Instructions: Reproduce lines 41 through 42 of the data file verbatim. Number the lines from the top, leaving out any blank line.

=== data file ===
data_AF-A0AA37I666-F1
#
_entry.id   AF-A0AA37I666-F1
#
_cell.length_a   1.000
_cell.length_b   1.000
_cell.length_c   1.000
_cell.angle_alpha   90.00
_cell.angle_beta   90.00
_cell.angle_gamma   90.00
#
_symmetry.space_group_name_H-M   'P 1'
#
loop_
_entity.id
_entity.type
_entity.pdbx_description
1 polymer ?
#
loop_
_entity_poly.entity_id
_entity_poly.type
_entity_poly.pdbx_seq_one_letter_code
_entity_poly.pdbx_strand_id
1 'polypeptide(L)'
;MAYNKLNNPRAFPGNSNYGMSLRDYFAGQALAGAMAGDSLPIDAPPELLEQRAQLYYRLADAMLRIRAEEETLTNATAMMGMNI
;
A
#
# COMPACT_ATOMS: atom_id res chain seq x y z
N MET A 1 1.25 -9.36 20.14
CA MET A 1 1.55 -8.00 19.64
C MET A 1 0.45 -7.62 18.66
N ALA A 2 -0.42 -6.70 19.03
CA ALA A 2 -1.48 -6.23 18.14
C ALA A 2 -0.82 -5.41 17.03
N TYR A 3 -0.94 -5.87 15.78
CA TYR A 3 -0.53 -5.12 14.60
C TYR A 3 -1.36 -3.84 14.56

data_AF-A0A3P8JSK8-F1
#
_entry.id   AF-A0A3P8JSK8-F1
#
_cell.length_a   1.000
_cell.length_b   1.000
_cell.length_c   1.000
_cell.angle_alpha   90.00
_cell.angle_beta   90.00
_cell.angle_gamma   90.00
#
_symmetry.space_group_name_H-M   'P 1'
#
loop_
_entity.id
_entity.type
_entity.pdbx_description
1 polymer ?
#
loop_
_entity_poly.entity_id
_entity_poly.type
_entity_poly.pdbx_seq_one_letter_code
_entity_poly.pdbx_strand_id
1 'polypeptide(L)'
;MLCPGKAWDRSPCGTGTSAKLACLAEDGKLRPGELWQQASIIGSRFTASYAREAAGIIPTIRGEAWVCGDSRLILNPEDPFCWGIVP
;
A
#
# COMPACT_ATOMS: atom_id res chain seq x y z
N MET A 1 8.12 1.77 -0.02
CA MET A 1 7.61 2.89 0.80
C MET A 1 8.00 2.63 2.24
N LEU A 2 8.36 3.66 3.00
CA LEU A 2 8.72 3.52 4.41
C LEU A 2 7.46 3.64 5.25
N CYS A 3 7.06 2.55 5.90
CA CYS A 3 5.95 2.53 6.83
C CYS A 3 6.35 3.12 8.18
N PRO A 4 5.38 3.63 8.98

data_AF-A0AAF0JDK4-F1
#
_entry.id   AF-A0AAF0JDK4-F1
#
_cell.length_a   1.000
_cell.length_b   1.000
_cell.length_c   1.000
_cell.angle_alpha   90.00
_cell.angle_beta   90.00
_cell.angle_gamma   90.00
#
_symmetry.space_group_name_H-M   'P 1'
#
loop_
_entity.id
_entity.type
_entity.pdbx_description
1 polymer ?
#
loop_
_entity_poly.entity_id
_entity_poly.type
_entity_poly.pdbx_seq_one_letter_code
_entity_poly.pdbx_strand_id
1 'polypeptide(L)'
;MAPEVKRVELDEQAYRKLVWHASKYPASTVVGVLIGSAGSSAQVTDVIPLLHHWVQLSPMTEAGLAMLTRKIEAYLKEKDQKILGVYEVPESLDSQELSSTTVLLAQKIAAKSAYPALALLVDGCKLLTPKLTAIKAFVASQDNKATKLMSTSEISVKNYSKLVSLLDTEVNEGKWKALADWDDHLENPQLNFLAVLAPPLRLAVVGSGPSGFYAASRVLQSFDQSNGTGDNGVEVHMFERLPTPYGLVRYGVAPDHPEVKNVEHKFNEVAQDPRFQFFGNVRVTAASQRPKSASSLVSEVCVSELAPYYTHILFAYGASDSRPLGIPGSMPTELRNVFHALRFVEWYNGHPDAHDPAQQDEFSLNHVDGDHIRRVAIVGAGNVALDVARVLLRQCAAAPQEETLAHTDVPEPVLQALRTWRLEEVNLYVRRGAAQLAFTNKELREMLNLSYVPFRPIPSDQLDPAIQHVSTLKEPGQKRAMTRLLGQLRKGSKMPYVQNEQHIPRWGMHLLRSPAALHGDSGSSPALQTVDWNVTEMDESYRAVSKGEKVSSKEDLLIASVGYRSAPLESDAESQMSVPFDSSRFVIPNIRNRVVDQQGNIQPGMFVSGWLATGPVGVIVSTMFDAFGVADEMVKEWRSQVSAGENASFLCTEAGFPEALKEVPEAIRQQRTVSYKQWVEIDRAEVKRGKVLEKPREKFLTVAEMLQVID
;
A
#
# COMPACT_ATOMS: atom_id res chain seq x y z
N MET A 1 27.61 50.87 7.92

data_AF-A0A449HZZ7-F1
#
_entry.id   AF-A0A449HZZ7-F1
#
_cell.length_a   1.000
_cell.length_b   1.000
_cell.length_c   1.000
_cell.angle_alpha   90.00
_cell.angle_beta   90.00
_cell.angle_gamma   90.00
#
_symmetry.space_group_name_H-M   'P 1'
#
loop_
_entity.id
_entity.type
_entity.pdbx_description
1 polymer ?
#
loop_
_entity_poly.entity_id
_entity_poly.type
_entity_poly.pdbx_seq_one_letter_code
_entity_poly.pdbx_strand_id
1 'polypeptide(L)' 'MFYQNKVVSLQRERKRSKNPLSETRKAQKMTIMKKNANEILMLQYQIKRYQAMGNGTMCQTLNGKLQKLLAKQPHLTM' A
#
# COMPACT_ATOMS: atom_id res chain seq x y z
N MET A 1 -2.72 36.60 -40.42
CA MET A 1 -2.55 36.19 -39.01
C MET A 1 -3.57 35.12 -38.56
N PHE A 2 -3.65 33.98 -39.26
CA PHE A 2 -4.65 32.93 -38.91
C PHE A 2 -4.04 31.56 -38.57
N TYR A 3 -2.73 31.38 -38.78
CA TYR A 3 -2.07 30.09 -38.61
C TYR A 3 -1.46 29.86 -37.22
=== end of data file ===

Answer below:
#
_entry.id   AF-A0A3P8JSK8-F1